- cv- Whenever a vowel comes at the end of a word or syllable it is long as in the word “he.”
- cvce – This is the magic “e” or silent “e” rule. The “e” makes the preceding vowel long but is not pronounced, like in “cake.”
- cvv—Two vowels went walking and the first one did the talking. The first vowel is long and the second is silent. Think “sea.”
- vc—With the vowel before the consonant, in words like “at,” the vowel becomes short.
- cvc—Same as the rule above. The middle vowel is short as in “cat”
Now, here’s the hands-on part. Create two signs on typing paper or index cards, one for each set of rules. Then purchase or make flash cards with a variety of short words. Explain the rules and then show how a sampling of words, one for each rule, follows the rules. Then have your child sort the remaining cards according to rules. Sound out the words together. This turns rule memorization into a game instead of a chore.
- Word families are another way to teach phonics and boost vocabulary. Make a simple wheel game by using two circles cut from poster board. On one circle cut out a small window and write the word family next to it (-at, -an, -ug, etc.). Around the other write letters that when placed before the word family ending create a word. For instance, for the –at family write b, c, f, h, m, p, r, s, and v. Just make sure you are creating child friendly words. Place the window circle on top of the other and push a brass fastener through the center. Now you have a wheel. Spin the wheel and create new words.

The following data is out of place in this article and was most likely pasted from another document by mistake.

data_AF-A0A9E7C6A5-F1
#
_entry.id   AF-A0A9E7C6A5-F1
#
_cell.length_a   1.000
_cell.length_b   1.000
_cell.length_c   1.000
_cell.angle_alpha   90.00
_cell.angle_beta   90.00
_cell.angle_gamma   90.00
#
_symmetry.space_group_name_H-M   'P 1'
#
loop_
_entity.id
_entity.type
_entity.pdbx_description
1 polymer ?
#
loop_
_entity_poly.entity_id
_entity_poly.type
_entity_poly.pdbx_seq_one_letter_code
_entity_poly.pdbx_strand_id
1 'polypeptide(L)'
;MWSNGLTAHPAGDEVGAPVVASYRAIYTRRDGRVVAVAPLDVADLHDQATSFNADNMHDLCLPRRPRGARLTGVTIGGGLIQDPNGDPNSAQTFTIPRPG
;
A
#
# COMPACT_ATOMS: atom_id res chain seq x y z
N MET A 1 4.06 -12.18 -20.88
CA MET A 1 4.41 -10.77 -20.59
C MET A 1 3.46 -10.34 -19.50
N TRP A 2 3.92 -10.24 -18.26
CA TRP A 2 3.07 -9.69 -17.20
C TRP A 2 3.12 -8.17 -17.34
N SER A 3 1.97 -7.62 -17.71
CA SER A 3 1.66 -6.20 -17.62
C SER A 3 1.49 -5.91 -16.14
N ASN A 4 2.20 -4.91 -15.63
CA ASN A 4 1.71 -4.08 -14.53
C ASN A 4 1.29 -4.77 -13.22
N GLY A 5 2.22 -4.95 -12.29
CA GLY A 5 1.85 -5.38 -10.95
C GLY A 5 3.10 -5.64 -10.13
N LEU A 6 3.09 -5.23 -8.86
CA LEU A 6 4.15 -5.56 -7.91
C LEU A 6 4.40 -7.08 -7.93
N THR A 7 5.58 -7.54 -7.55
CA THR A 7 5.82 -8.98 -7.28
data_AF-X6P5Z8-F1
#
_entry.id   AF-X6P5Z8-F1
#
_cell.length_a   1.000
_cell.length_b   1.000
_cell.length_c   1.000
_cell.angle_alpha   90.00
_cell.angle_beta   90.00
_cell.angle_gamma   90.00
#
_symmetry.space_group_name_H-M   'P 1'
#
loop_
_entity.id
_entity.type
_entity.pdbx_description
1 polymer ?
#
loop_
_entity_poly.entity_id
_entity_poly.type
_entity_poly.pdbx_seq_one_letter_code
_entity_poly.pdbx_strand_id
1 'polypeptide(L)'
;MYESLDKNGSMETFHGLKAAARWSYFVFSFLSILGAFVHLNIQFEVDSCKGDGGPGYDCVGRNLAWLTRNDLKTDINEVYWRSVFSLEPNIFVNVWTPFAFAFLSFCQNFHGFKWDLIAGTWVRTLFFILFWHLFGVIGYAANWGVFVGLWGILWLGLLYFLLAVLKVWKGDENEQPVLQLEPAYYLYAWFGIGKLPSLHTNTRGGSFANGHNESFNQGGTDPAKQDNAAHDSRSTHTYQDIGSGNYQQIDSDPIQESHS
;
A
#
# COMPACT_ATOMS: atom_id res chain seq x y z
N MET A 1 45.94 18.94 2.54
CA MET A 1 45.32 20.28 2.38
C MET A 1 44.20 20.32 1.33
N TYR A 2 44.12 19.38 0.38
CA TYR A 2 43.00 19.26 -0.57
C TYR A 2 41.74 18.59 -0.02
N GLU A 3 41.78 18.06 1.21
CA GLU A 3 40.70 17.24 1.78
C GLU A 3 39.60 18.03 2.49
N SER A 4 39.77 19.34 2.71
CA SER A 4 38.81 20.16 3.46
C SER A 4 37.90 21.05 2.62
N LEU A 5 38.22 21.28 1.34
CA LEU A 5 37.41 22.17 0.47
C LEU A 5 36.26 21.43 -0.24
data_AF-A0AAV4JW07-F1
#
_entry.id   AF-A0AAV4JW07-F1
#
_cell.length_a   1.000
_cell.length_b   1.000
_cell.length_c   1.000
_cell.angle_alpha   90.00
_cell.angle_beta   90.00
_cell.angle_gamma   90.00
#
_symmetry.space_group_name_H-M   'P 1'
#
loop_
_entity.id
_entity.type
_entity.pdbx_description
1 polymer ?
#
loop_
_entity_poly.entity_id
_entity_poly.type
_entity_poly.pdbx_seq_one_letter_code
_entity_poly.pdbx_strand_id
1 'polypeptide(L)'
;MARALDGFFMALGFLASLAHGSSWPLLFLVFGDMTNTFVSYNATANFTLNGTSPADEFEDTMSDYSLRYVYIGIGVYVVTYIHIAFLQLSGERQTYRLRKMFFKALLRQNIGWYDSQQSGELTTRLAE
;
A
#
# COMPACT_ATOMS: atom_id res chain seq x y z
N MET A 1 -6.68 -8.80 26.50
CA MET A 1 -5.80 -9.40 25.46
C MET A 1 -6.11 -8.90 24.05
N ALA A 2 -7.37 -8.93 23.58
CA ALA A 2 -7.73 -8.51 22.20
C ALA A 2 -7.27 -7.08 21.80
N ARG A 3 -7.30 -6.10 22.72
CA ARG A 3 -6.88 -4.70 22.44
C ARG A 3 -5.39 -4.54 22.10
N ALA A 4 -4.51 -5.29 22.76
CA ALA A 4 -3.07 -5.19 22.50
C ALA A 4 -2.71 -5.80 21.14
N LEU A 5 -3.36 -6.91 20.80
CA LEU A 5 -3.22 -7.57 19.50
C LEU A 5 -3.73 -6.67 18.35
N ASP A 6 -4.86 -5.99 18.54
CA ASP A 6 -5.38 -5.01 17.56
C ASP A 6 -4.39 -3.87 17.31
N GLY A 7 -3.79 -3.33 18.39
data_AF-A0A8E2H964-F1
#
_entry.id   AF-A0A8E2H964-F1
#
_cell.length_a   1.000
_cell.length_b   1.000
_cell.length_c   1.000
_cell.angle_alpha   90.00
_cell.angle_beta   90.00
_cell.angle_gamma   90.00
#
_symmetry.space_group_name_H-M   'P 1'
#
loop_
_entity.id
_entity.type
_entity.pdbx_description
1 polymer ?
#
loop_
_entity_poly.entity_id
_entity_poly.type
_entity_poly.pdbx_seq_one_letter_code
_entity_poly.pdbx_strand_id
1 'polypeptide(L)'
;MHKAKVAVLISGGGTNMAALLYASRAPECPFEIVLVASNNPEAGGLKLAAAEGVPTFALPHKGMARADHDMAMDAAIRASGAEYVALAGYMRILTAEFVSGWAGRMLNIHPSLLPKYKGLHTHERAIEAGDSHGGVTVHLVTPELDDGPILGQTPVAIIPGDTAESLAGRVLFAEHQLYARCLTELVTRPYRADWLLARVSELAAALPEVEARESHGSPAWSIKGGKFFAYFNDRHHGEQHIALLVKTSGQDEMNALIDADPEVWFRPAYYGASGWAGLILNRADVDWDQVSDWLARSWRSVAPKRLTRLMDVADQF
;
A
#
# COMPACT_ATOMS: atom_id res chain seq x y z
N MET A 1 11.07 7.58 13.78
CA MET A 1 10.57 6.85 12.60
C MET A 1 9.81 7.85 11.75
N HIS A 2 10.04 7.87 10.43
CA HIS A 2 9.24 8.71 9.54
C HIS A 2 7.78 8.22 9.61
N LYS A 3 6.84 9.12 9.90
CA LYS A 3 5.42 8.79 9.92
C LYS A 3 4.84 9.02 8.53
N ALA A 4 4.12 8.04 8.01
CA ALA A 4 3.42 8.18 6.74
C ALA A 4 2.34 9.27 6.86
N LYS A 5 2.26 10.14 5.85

- Have your child illustrate her first book. Fold a sheet of typing or white construction paper in half forming a card. Using short words that are easy to sound out and the child’s name create a little story with one sentence on each “page”. (Example: Mary ate cake.) Have your child sound out the words, with your help as needed, and read the sentences. Then, have her draw a picture of what she just read on each page. Kids love having their own books.
- Plays Guess that Letter. With your child facing away from you, trace a letter on his back. Have him tell you which letter you just traced. It may take a couple of tries but once kids get the hang of this game they love it. Next, switch places (you may need to sit down to make it easier for your child to reach your back) and tell your child a letter sound, like “ah” for short “o.” Have your child trace the letter that corresponds to the sound on your back. This is a game that is sure to result in giggles and learning.
- Find that letter! Write each letter of the alphabet on an index card (to make this even more hands-on create tactile alphabet cards using items that begin with that letter, like cotton balls for “c” to create the letter) and place them in a large shoe box. Shake the letters around to mix them up well. Then say one of the letter sounds and have your child dig in the box to find the correct card. You can advance this game by giving your child a short word to spell and having her find the correct letters and, using clothes pins, clip them to one side of the box in order. Best of all, once the lid is replaced; everything is safe and sound for next time.
Phonics is a great tool and once the world of reading is unlocked for your child the potential for learning is endless. With a little creativity and basic art supplies, you can create a learning experience that will last the rest of their lives.
Do you know fun ways to learn phonics?